Hello and welcome! How are you at the moment? Could you say a few words about HARROW’s music to the reader who may not yet know you?
Hello! This is Ian of Harrow. I’m doing fairly well. We’re doing our best to suffer a brutal heat-wave that has currently settled over Cascadia.
Who named the band and where did he take the name? …and this logo is really great!
I named the band after our first bass player brought up the word „harrowed.“ HARROW seemed a little simpler and it has many meanings, all which fit with the concept of the band. The original logo was drawn by my highschool friend Yannick Vernice.
HARROW plays somewhat atypical black metal. Was this the obvious choice when HARROW was born?
I think so. I was always trying to blend all the genres I like together, even from the start. I think we’ve just reached the point now where we can do it in a way that really works and isn’t awkward.
What are the themes and concepts behind this actual album (‘Fallow Fields’)? Where do you find the majority of your inspiration is derived from?
It’s based around a journey of being solitary and alone to finding others of like mind. In this case the inspiration comes directly from my life experience. ‘Fallow Fields’ is a very inward looking album.
How does the new album differ from your previous work, if at all? Do you feel this is an evolution or even a fresh start?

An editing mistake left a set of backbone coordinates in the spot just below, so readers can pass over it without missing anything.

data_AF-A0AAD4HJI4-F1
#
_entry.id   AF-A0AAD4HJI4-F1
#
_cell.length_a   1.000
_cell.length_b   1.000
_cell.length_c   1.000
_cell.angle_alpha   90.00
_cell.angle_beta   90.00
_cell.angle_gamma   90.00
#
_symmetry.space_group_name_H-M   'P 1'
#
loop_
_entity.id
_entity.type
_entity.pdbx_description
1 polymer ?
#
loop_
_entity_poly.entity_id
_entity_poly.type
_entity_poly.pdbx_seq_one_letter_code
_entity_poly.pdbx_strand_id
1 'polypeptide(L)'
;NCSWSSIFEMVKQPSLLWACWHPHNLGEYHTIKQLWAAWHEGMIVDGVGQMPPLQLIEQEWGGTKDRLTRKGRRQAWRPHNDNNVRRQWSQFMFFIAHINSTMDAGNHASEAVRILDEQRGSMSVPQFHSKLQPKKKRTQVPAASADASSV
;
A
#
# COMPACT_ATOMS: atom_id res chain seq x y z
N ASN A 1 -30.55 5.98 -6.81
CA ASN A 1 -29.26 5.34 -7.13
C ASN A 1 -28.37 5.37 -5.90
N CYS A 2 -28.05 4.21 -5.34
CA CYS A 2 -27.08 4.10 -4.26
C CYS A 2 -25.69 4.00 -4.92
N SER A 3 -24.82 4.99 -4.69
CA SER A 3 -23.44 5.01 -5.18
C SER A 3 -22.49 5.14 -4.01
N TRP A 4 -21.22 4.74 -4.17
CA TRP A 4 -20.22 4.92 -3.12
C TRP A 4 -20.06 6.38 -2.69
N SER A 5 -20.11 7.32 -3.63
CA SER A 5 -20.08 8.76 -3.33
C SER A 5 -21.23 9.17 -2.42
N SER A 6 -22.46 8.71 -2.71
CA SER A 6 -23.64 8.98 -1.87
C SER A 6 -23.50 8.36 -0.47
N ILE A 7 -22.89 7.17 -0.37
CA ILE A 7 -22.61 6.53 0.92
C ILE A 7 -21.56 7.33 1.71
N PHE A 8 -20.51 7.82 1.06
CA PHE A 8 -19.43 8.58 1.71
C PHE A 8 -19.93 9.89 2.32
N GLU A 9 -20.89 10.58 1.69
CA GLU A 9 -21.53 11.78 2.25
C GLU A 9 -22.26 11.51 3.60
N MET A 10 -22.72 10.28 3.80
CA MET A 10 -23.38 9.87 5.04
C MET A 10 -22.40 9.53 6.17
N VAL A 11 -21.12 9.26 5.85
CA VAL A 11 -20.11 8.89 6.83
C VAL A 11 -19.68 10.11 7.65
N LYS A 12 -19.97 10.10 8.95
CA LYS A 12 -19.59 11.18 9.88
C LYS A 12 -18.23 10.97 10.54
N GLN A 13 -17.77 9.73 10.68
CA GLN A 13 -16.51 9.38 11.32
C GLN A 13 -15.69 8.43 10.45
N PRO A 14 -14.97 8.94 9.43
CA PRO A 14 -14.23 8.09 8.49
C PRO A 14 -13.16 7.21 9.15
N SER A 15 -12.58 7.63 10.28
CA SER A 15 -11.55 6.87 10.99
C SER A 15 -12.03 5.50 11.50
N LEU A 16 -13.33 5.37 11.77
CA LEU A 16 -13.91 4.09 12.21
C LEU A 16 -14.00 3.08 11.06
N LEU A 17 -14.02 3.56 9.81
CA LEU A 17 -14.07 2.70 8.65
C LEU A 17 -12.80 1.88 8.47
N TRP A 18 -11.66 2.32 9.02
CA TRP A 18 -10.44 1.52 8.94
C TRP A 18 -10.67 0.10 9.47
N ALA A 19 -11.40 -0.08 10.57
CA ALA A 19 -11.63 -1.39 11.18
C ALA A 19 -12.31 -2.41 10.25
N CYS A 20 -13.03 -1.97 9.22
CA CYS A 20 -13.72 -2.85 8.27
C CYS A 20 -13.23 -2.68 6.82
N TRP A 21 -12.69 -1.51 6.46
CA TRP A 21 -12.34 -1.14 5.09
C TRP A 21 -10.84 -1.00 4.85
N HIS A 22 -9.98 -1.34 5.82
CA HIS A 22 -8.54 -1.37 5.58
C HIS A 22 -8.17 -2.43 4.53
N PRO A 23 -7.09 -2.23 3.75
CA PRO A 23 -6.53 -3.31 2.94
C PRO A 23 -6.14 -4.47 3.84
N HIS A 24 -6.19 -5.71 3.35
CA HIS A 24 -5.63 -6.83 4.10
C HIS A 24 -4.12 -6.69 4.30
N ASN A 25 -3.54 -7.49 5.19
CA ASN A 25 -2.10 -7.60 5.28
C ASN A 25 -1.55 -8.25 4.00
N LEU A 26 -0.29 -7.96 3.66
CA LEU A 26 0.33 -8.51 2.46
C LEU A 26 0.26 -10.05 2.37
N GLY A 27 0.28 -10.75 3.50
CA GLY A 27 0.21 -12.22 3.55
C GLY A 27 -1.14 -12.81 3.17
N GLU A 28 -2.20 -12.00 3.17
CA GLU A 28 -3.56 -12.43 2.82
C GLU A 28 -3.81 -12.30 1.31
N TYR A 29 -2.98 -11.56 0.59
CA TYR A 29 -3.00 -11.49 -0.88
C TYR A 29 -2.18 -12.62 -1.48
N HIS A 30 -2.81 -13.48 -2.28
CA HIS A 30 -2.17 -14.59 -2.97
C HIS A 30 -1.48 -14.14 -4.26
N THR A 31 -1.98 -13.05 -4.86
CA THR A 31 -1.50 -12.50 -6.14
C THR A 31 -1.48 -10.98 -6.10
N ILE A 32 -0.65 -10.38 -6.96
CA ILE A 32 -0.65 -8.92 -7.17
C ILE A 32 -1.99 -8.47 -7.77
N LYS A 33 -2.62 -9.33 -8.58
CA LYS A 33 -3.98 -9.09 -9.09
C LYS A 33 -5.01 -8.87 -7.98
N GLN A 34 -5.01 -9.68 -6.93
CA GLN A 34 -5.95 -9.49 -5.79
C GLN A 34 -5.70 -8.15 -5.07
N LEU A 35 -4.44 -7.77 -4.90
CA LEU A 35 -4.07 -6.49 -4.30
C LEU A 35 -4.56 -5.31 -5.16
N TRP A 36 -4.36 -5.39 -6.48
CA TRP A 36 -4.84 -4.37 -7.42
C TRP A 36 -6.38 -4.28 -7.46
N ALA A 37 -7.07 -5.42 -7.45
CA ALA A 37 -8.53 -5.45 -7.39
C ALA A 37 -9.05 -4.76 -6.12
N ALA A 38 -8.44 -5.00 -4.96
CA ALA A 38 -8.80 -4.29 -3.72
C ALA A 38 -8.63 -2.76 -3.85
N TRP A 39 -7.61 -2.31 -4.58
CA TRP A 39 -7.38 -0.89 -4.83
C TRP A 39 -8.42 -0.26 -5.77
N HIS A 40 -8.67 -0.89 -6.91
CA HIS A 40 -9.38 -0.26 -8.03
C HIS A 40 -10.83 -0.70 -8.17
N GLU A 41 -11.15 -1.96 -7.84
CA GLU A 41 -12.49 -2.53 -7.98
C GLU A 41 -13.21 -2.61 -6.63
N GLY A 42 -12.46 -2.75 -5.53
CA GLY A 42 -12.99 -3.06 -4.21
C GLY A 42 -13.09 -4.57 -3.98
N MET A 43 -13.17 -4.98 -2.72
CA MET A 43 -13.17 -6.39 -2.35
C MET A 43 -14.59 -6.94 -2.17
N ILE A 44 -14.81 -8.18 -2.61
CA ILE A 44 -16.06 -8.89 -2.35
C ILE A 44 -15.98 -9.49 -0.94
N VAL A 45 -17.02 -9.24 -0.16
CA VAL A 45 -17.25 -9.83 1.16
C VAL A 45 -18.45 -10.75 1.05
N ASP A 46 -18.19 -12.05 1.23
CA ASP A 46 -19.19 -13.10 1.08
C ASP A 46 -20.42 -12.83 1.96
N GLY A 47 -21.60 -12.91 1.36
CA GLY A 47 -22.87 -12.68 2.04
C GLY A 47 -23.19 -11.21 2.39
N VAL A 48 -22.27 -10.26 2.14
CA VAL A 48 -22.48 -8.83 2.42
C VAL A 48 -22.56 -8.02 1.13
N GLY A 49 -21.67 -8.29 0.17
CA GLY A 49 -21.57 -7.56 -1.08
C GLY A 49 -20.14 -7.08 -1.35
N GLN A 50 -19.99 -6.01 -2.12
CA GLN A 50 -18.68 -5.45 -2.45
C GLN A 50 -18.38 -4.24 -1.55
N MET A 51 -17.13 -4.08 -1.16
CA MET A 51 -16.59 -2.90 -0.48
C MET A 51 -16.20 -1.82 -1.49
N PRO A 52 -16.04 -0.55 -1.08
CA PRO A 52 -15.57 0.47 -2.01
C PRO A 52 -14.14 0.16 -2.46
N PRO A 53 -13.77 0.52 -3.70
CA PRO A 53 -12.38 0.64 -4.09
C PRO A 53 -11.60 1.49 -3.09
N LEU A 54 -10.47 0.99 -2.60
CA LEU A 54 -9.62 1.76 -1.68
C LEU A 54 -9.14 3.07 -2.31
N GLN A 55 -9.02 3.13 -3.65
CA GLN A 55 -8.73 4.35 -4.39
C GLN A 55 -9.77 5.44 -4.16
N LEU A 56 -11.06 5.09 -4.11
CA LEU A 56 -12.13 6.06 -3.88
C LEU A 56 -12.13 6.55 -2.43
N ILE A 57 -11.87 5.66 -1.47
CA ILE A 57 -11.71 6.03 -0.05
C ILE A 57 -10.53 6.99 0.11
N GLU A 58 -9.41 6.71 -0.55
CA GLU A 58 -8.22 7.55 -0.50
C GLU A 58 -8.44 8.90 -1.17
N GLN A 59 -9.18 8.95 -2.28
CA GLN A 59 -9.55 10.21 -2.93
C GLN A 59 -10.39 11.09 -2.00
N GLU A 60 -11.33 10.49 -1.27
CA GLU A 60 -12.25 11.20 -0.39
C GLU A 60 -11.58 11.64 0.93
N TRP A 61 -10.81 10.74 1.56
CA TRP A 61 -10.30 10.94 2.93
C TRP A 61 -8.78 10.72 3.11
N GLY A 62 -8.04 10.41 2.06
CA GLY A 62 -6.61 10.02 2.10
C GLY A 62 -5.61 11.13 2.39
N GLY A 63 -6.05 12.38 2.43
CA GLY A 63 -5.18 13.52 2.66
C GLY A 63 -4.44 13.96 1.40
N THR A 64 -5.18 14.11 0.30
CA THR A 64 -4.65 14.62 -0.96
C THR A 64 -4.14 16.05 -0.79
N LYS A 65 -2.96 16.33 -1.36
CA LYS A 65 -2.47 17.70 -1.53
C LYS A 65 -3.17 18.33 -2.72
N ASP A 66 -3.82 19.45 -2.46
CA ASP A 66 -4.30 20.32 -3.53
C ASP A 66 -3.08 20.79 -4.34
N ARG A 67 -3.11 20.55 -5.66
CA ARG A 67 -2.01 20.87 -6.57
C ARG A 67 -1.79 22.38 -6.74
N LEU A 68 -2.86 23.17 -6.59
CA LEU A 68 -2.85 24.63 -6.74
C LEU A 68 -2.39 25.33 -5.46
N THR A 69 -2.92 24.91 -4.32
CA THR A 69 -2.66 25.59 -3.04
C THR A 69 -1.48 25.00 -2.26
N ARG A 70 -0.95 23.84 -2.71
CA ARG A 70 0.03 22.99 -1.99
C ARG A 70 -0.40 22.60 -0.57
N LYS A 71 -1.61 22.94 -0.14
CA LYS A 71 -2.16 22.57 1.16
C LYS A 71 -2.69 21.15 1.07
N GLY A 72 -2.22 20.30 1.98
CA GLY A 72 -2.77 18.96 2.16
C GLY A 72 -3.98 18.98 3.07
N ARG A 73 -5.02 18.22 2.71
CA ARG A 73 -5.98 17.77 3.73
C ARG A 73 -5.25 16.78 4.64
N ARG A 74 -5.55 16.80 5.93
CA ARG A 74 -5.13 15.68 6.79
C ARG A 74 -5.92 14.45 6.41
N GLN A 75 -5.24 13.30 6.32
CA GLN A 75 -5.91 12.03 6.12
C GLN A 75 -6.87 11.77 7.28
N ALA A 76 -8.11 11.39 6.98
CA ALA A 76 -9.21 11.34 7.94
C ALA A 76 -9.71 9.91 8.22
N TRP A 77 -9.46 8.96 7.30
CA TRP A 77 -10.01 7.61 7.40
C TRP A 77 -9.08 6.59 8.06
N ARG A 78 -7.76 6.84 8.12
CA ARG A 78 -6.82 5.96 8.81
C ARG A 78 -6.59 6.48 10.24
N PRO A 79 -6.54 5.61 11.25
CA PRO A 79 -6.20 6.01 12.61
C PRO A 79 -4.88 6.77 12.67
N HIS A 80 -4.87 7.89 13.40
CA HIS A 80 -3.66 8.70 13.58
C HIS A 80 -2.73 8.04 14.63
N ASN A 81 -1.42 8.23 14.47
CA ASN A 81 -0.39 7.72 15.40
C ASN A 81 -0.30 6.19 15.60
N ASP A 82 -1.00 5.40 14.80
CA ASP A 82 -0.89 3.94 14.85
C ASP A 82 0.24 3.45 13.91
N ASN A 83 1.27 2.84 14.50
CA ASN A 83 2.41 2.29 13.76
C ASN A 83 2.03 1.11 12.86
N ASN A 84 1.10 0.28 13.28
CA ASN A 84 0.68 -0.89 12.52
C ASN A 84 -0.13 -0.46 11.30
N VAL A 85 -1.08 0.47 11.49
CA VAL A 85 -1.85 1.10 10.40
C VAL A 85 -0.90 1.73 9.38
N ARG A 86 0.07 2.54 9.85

It’s a bit of both. It’s a fresh start in the fact that it was recorded with a whole new lineup. In many ways Harrow is a different band compared to our early days. But, musically I think it is an evolution as well. We’re always getting better at actually creating what we hear in our heads.
Tell me a little bit about your new EP, ‘The River’. Is it a concept record?
Yes, it is based on the exploration of the river as a metaphor, first as a romantic and sublime place in the first track, and then from its place in Buddhist cosmology as a place of dissolution and rebirth in the cycle of samsara. The artwork is a dead salmon, which seemed the perfect local metaphor for this. Salmon are a staple in west coast diet, and a mythological creature in native lore, as well as being cyclical animals who come back to exactly where they are born to lay their eggs, die, and be reborn again through their spawn to continue the cycle.
The one thing about HARROW ’s music which stands out is the mysterious, moody, and ambient atmosphere… You have elements of folk metal, occult rock, and doom metal in your music. What has inspired you to compose such beautiful mysterious music over the years?
We live in a very beautiful and wild place. It is full of forests, mountains, rivers, lakes, teeming with animals of all sorts, and surrounded by the great Pacific ocean. You can go many places and not see another human for as long as you want. At first the music simply attempted to express this grandeur. Over the years, as we’ve grown and life has become more complex, we recognized the importance of the struggle to protect this beauty from those spiritually dead entities who would exploit it for material gain. We’ve delved into spiritual tradition and heritage as well. Even the simple human experiences of love, loss, death, the question of God inform our music.
To put it simply: our music is just an expression of what it is to be us in this place, in this time.